Dharma Productions’ latest release, JugJugg Jeeyo, has received a decent opening at the box office. The film has done good business in the Northern belt of the country, especially in the Delhi-NCR region. On its opening day, the film has collected Rs 9.28 crore.
Film trade analyst Taran Adarsh wrote on Twitter, “#JugJuggJeeyo opens on expected lines: Gathers speed in evening, after a lacklustre start in morning… Plexes of #Mumbai [select locations], #Delhi, #NCR very good… Mass pockets dull… Growth on Day 2 and 3 essential… Fri ₹ 9.28 cr. India biz.”
JugJugg Jeeyo, starring Anil Kapoor, Kiara Advani, Neetu Kapoor and Varun Dhawan could not beat the opening day collections of Akshay Kumar’s historical drama Samrat Prithviraj, which minted Rs 10.70 crore on the first day of its release. By comparison, Sanjay Leela Bhansali’s Gangubai Kathiawadi made Rs 10.5 crore on day one.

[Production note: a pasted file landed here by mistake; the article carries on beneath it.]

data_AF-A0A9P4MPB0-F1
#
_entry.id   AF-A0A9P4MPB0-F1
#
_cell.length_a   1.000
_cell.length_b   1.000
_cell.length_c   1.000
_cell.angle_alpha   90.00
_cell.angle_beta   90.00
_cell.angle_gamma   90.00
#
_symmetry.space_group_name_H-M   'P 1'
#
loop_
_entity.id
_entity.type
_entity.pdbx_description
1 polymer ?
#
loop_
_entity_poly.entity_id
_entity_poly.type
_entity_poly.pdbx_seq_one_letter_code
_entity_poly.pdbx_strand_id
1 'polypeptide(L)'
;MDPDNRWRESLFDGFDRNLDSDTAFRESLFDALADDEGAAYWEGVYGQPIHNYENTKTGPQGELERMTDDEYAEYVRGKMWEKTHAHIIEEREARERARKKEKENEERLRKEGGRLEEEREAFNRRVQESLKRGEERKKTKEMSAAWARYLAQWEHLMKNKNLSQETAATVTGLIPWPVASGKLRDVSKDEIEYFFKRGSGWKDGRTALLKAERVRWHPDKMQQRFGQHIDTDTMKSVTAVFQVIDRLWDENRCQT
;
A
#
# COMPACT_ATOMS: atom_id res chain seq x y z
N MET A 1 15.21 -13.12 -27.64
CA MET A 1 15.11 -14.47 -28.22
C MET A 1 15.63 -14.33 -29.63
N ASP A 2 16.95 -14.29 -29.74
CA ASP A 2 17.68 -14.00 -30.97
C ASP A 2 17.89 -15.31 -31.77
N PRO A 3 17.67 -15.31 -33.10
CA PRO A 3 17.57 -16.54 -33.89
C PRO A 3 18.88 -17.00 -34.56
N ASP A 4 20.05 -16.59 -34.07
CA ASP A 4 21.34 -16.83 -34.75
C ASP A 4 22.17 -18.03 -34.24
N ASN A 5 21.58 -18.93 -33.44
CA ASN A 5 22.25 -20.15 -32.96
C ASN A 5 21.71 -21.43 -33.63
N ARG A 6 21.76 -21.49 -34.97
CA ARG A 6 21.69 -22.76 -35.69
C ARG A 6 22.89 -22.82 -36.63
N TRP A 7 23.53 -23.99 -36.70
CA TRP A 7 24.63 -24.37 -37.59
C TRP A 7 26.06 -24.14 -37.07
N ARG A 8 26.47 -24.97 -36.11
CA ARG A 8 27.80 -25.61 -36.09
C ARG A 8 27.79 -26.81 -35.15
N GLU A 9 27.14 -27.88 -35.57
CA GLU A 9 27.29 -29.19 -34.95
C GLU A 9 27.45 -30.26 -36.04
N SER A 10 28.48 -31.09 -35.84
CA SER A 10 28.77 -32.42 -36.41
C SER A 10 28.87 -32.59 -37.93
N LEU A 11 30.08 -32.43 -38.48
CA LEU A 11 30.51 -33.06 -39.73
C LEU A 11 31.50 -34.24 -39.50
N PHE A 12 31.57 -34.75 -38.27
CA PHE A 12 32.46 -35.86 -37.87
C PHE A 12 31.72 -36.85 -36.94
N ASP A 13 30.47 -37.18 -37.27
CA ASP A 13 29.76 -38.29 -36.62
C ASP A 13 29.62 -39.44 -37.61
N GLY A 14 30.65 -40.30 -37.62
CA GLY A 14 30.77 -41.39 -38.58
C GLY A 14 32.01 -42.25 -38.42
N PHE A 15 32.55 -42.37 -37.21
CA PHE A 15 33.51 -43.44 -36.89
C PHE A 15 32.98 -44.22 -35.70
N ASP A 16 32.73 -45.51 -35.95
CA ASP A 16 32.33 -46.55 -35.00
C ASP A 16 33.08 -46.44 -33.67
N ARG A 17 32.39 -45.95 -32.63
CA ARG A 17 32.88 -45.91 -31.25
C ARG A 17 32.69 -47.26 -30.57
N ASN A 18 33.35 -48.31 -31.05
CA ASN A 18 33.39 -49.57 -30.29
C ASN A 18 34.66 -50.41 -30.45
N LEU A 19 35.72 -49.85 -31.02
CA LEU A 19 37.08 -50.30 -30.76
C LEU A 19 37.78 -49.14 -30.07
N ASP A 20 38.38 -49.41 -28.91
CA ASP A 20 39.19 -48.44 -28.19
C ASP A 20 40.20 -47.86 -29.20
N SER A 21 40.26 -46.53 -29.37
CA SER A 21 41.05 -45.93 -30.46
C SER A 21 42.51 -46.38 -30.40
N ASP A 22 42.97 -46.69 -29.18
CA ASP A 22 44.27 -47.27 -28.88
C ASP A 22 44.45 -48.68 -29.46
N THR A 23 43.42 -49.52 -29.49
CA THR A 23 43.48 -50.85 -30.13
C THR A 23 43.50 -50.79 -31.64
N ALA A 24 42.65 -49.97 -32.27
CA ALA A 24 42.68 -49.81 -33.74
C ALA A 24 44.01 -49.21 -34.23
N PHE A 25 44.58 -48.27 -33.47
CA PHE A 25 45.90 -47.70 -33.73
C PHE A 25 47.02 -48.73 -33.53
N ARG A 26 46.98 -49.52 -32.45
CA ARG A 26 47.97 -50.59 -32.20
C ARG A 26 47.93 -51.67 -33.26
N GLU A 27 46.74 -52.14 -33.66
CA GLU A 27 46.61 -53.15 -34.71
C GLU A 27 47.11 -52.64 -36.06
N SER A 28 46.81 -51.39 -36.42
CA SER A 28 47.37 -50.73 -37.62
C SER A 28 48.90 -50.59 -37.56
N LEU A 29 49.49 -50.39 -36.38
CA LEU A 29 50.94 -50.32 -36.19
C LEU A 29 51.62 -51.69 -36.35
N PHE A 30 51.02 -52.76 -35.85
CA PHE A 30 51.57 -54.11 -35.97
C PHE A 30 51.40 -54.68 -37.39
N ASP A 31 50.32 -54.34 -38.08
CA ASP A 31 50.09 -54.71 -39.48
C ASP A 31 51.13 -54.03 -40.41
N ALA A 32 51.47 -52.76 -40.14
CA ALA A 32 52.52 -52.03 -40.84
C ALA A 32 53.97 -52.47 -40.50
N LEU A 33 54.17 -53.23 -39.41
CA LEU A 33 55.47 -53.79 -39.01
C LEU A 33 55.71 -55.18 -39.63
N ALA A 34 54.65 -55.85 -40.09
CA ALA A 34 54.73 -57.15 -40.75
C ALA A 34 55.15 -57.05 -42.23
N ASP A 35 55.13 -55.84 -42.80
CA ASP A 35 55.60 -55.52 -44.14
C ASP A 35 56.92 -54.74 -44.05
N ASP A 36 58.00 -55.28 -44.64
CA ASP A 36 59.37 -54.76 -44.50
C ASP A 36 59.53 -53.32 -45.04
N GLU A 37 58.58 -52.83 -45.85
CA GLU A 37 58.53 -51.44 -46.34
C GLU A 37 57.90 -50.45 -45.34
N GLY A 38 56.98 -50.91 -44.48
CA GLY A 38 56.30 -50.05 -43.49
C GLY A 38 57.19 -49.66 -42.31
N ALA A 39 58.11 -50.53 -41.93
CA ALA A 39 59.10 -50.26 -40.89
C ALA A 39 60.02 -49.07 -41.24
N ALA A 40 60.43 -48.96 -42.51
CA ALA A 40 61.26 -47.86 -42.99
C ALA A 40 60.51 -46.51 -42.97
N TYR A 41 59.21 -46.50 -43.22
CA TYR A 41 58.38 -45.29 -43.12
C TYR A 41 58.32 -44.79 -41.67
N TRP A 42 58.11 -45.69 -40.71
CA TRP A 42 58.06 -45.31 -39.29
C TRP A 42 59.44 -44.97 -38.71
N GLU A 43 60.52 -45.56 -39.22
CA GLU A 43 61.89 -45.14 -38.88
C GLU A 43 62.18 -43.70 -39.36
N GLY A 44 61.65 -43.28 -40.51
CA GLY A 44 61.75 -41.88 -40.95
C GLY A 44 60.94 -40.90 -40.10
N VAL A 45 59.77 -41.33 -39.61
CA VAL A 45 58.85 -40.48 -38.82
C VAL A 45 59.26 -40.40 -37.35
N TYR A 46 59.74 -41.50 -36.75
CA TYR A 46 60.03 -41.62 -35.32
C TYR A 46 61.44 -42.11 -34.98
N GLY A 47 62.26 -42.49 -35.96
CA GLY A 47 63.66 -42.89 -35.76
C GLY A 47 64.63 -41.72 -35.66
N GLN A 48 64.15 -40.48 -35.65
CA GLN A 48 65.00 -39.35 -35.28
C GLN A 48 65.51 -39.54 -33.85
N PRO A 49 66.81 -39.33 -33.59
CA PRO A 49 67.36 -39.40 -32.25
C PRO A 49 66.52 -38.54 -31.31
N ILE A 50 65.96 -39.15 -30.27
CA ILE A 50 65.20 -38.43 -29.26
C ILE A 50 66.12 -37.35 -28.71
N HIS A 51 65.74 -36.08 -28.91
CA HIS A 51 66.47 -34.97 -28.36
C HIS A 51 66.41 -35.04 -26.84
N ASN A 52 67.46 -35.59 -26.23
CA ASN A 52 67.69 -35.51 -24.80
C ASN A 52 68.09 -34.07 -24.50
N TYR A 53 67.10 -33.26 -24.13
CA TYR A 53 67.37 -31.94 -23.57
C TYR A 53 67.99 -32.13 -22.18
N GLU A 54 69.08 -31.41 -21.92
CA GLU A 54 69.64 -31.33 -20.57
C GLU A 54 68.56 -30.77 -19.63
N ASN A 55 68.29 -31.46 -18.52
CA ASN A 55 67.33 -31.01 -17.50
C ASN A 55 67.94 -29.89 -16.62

JugJugg Jeeyo had received a solid pre-release booking. Film producer and trade expert Girish Johar had earlier told indianexpress.com, “JugJugg Jeeyo is a bit urban, typical Dharma glossy film. So, it will get a good start in Delhi, Punjab, Bengaluru, Mumbai, Mysore, and the top 20 cities.”
Film exhibitor Akshaye Rathi was sceptical about the film’s performance in the rural market and smaller towns of the country. “I have no doubts JugJugg Jeeyo will do phenomenally well in the metro cities and urban India. The only thing I want to see is how well it performs in smaller towns and rural India because the film’s cast has appeal beyond the metros but the matter of question is whether the film’s content will appeal to the audience beyond urban India,” he had said.
The family entertainer has received a mediocre response from the film critics. The Indian Express’ Shubhra Gupta gave the film a 2.5-star rating. In her review, she wrote, “JugJugg Jeeyo is Anil Kapoor’s show all the way, as he zig-zags between being loving dad-and-husband to a timorous man-about-town. The film falls back on the familiar Big Fat Punjabi Wedding with opulent sets and wedding naach-gaana every time things threaten to get real and spiky.”